by Andreas Kretschmar | 246,740 words
The English translation of the Bodhisattvacharyavatara (“entering the conduct of the bodhisattvas”), a Sanskrit text with Tibetan commentary. This book explains the bodhisattva concept and gives guidance to the Buddhist practitioner following the Mahāyāna path towards the attainment of enlightenment. The text was written in Sanskrit by Shantideva ...
Though one might perceive a flaw in a bodhisattva, a flaw is just something compounded [’dus byas], something that will eventually cease to exist due to the power of the bodhisattva’s meditation. Bodhisattvas are not perfect at the beginning. Only the Buddha is utterly perfect. Therefore, the most important advice concerning pure perception is not to dwell on other peoples’ mistakes.
Bodhicitta is like a wish-fulfilling jewel. In the case of a beginning bodhisattva, this jewel is still covered with dirt. Nobody would ever consider a dirt-encrusted, wish-fulfilling jewel as something bad, but it does need cleaning. While the beginning bodhisattva proceeds on the way to enlightenment, his obscurations and defilements will gradually be cleared away, and all the inherent qualities of the buddha nature will become manifest.
The aim of every bodhisattva is to attain enlightenment as quickly as possible [gang ’khyogs ’khyogs]. The more a bodhisattva progresses along the five paths and the ten levels, the more will he be able to help sentient beings. The transcendental perfection of diligence means to strive for complete enlightenment with all of one’s capacity.
The Buddha is endowed with the most powerful capability to help others. He can benefit countless beings in infinite world systems. His sphere of influence includes all the buddha fields of the three kayas. Bodhisattvas cannot benefit beings to take rebirth in the dharmakāya buddha field nor in the saṃbhogakāya buddha fields. They are able to establish beings only in nirmāṇakāya buddha fields.
The nirvāṇa of a perfectly enlightened buddha does not end his activities for sentient beings. However, when an arhat enters into nirvāṇa, he cannot continue to help beings since arhats do not make extensive aspirations to liberate sentient beings. Mainly concerned with their own liberation, they fail to create the auspicious connection [rten ’brel] to help others.
When an arhat enters into nirvāṇa, he abides in the peaceful and happy state of wisdom [zhi bde’i ye shes]. He might remain in this state for ten aeons, or even a hundred aeons, until his merit is finished and he is awakened by light beams emitted from the Buddha. In the arhat’s own perception the duration of one hundred aeons does not seem to be long, since the arhat has no sense of time in this state. A bodhisattva would never aim for his own personal liberation, the limited enlightenment of an arhat.
The Bodhisattva-caryāvatāra teaches the perfect way of the bodhisattva. Read this text and its commentary over and over again. Each time you will reach a new level of understanding. The Bodhisattva-caryāvatāra is a textbook [gzhung] as well as an instruction manual [man ngag]. This book is a commentary on the intent [dgongs ’grel] of all of the Buddha’s immaculate teachings [bka’ dri ma med pa]. It requires intense study mingled with practice. The teachings of this book must be applied to your mind. Even if the words of the text are easy to read, bringing the meaning of the text into one’s mind and keeping it there is not at all easy.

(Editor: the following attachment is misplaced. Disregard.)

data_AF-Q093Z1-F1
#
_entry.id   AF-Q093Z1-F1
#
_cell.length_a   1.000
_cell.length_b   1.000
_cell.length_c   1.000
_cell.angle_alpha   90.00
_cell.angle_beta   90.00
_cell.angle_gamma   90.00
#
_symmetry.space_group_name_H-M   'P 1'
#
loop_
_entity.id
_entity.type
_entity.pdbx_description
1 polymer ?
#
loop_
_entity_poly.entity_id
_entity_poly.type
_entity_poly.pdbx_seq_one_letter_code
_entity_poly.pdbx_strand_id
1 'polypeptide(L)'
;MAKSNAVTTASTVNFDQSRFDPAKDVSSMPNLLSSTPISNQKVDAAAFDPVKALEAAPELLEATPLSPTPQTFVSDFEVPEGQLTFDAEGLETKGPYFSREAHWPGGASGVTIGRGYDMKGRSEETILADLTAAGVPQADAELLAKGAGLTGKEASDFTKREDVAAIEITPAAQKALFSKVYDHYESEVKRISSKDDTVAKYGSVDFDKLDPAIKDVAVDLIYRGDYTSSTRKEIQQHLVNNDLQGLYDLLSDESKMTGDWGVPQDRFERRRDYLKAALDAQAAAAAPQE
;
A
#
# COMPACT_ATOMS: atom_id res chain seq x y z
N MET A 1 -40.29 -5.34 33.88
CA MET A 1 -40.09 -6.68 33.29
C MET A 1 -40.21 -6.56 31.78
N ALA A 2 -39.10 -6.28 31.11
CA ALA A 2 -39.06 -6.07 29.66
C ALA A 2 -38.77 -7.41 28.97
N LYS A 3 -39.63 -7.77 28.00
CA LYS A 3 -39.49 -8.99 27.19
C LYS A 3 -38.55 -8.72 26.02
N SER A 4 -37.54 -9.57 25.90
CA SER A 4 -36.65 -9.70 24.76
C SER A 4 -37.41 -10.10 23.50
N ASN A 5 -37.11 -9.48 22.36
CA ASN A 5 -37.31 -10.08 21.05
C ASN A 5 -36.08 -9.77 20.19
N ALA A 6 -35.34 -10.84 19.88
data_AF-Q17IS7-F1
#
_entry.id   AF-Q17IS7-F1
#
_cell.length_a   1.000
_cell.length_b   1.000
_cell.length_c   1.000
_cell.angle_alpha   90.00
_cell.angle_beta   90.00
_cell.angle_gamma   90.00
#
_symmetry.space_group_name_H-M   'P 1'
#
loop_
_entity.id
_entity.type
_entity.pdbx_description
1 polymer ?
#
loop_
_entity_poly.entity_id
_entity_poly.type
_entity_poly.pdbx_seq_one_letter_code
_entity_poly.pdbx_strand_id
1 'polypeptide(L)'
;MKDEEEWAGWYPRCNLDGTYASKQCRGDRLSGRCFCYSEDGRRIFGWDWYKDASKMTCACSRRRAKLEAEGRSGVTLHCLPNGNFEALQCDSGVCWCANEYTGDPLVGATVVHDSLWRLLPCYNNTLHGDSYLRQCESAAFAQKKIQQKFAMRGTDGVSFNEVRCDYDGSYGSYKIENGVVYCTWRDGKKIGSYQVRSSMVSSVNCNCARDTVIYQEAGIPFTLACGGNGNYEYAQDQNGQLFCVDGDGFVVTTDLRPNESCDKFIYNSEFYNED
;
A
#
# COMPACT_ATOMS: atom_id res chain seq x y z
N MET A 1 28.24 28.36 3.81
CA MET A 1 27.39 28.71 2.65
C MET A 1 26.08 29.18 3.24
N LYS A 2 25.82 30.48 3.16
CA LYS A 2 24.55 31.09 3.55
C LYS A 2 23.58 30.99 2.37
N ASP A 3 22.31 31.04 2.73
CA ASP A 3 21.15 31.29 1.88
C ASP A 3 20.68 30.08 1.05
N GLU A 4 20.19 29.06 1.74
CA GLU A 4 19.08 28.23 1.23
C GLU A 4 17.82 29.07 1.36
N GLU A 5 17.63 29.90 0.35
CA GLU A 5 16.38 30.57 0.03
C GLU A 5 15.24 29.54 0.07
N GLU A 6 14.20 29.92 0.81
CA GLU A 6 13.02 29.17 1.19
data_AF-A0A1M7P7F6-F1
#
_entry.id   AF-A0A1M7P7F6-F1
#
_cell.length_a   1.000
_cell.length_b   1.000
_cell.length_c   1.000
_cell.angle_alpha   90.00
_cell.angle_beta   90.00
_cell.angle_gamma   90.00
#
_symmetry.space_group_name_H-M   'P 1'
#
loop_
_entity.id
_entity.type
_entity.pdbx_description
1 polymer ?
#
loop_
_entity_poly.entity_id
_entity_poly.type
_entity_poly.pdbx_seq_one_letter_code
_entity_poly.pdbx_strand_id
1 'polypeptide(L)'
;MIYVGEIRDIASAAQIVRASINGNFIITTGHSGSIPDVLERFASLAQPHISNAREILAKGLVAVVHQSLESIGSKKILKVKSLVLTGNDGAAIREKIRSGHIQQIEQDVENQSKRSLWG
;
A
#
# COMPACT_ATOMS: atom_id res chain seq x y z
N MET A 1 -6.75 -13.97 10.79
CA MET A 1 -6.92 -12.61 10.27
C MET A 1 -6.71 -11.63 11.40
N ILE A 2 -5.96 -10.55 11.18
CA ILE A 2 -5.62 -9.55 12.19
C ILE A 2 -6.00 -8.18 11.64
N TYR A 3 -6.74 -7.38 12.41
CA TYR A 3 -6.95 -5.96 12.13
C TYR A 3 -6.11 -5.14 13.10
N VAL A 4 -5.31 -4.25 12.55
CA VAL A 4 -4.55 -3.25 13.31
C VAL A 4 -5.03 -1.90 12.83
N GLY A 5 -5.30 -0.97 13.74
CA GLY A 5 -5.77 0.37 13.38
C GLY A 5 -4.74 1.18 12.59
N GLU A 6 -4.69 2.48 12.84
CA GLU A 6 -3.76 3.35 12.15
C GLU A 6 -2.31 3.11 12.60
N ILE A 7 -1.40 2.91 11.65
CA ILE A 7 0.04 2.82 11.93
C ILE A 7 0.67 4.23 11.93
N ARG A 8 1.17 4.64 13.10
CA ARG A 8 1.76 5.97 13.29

Theoretical understanding of the Bodhisattva-caryāvatāra will not change your character. Only if you devote yourself to its practice will realization eventually dawn in your mind. You must study the text and contemplate its meaning. You must practice its methods for gathering the accumulation of merit. You must implement the practice of the six transcendental perfections in your daily life. As the main point, you need to realize the wisdom of egolessness, to recognize your own buddha nature. This realization is utterly dependent on gathering the accumulations, purifying the obscurations, and receiving the blessing of your root guru.
As it is said:
As far as the ultimate, the co-emergent wisdom, is concerned,
Know that it is foolish to rely upon methods other than
Practices for gathering the accumulations and purifying obscurations
As well as the blessing of the glorious root guru.
don dam lhan cig skyes pa’i ye shes ni
tshogs bsags sgrib pa dag pa’i lag rjes dang
dpal ldan bla ma’i byin rlabs kho na las
thabs gzhan brten pa rmongs par shes par bya
Mind [sems] is primordially endowed with wisdom [ye shes]. Mind and wisdom are co-emergent or co-existent [lhan skyes]. They cannot be separated. They exist at the same time [dus mnyam du yod pa], without former [snga ma] or latter [phyi ma]. Buddhahood is only attained if the co-emergent wisdom is realized.
Seen from the ultimate level, ignorance [ma rig pa] has no root [rtsa bral] and no basis [gzhi med]. To allow this non-existent ignorance to be cleared away and to let coemergent wisdom manifest [mngon du ’gyur], we must gather the accumulations [tshgos bsags] of merit and wisdom, purify the two obscurations [sgrib dag], afflictive and cognitive, and receive the blessings of the guru.
If you rely on other methods to realize co-emergent wisdom, you are foolish. Once the obscurations are purified, realization will dawn naturally [sgrib pa dag na rtogs pa ngang gis ’char]. The blessing of the master only descends through the student’s faith. Faith is the very root of blessing. Faith and devotion are the essence of guru yoga.